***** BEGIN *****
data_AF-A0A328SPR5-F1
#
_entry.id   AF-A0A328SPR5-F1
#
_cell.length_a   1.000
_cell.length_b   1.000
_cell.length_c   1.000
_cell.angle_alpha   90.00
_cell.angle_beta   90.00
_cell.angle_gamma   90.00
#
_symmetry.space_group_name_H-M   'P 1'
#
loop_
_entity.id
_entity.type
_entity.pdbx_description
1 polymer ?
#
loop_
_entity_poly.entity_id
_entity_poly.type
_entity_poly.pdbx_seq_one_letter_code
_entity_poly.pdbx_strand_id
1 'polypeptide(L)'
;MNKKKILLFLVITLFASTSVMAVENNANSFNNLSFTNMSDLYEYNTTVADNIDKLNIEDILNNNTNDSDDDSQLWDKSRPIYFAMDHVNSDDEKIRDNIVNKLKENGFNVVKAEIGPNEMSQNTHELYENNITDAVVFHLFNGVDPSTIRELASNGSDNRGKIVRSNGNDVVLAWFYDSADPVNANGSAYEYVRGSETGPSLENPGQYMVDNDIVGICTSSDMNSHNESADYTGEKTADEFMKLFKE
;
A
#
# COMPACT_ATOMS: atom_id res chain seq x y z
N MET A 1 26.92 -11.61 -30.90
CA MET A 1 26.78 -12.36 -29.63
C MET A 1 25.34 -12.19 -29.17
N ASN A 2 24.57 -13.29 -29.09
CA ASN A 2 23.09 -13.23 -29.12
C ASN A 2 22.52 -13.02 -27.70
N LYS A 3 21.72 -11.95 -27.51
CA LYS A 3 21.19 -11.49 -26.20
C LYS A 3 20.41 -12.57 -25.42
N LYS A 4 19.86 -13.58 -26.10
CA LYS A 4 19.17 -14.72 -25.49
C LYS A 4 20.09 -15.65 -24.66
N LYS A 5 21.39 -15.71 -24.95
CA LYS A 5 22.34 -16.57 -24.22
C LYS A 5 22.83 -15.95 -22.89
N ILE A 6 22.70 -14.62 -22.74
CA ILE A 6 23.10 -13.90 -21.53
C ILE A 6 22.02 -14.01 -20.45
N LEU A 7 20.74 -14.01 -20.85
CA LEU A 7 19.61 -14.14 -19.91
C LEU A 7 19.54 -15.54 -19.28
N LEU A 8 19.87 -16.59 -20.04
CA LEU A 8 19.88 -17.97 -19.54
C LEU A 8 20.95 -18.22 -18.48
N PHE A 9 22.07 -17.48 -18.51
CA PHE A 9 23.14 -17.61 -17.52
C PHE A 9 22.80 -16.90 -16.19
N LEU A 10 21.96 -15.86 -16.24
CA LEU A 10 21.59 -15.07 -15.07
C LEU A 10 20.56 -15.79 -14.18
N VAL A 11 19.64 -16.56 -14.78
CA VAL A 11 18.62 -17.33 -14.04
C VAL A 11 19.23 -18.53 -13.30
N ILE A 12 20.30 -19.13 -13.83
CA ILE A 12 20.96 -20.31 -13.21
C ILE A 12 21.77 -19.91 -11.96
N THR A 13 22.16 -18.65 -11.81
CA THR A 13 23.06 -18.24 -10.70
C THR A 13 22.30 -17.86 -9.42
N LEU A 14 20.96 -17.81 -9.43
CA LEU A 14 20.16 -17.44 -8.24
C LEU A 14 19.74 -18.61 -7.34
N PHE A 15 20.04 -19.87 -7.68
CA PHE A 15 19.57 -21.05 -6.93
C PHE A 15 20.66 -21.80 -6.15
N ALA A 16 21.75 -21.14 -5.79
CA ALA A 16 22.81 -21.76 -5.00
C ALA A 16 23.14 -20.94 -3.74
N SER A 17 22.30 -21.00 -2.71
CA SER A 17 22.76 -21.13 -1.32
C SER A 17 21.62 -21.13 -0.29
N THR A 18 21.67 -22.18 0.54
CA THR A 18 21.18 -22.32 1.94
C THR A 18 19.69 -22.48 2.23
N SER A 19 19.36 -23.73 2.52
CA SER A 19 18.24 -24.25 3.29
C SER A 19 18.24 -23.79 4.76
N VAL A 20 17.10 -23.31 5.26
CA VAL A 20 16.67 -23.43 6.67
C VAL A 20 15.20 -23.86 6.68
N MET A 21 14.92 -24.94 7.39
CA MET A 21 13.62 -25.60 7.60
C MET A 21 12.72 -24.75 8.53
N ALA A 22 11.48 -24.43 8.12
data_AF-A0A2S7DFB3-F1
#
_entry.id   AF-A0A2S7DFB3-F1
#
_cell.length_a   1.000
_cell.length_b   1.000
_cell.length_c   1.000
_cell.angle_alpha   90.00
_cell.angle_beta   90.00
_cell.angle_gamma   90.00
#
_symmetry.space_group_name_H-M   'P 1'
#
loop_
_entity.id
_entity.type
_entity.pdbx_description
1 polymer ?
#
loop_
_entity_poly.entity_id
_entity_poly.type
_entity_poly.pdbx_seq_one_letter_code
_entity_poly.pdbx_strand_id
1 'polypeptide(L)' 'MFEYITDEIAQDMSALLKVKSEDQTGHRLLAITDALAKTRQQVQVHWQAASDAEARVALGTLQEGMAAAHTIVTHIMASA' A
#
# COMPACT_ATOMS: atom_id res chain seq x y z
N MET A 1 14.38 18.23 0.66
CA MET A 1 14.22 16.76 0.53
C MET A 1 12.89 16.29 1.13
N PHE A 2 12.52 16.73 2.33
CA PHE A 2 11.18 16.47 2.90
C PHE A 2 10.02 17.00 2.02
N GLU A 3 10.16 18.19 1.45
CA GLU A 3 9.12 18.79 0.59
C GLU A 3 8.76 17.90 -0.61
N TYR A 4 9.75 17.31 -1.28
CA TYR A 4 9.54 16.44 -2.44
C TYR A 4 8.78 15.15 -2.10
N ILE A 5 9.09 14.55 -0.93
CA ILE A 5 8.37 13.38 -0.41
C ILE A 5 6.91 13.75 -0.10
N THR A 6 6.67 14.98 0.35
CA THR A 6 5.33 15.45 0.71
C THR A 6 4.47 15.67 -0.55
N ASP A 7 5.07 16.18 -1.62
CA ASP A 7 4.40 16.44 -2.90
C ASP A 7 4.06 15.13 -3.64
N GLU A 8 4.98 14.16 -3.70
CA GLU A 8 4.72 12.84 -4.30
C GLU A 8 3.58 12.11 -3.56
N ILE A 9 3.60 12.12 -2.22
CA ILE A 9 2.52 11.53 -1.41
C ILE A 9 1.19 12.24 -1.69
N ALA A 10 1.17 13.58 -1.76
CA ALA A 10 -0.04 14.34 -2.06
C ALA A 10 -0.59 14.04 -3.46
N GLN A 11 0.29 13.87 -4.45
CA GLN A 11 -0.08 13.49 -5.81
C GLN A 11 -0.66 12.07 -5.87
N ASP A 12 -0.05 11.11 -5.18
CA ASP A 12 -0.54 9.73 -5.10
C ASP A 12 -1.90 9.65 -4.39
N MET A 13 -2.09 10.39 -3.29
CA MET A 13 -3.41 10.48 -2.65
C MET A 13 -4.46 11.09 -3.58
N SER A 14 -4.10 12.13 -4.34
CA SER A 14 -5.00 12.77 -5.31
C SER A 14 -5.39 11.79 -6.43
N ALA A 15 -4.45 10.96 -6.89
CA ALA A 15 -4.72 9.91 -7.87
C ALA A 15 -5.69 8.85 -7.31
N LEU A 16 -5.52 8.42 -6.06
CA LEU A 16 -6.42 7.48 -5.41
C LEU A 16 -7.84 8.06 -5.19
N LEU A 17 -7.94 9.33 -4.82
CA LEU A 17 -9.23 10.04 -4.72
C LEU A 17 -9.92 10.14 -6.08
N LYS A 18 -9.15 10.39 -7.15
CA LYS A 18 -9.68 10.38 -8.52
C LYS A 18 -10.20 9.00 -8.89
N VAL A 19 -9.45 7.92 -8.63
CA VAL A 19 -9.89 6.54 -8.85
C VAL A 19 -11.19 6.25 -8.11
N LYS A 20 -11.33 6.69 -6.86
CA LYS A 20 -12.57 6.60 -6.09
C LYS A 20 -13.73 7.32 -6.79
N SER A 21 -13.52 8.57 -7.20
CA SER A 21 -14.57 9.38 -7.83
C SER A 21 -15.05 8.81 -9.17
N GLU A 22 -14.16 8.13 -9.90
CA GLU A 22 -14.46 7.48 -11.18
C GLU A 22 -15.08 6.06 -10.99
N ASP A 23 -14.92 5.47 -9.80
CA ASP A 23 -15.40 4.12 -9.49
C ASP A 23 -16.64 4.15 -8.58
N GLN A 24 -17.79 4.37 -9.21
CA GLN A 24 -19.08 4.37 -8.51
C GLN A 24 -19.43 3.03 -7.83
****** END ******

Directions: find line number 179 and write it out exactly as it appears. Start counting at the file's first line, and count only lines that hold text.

N LYS A 20 -11.33 6.69 -6.86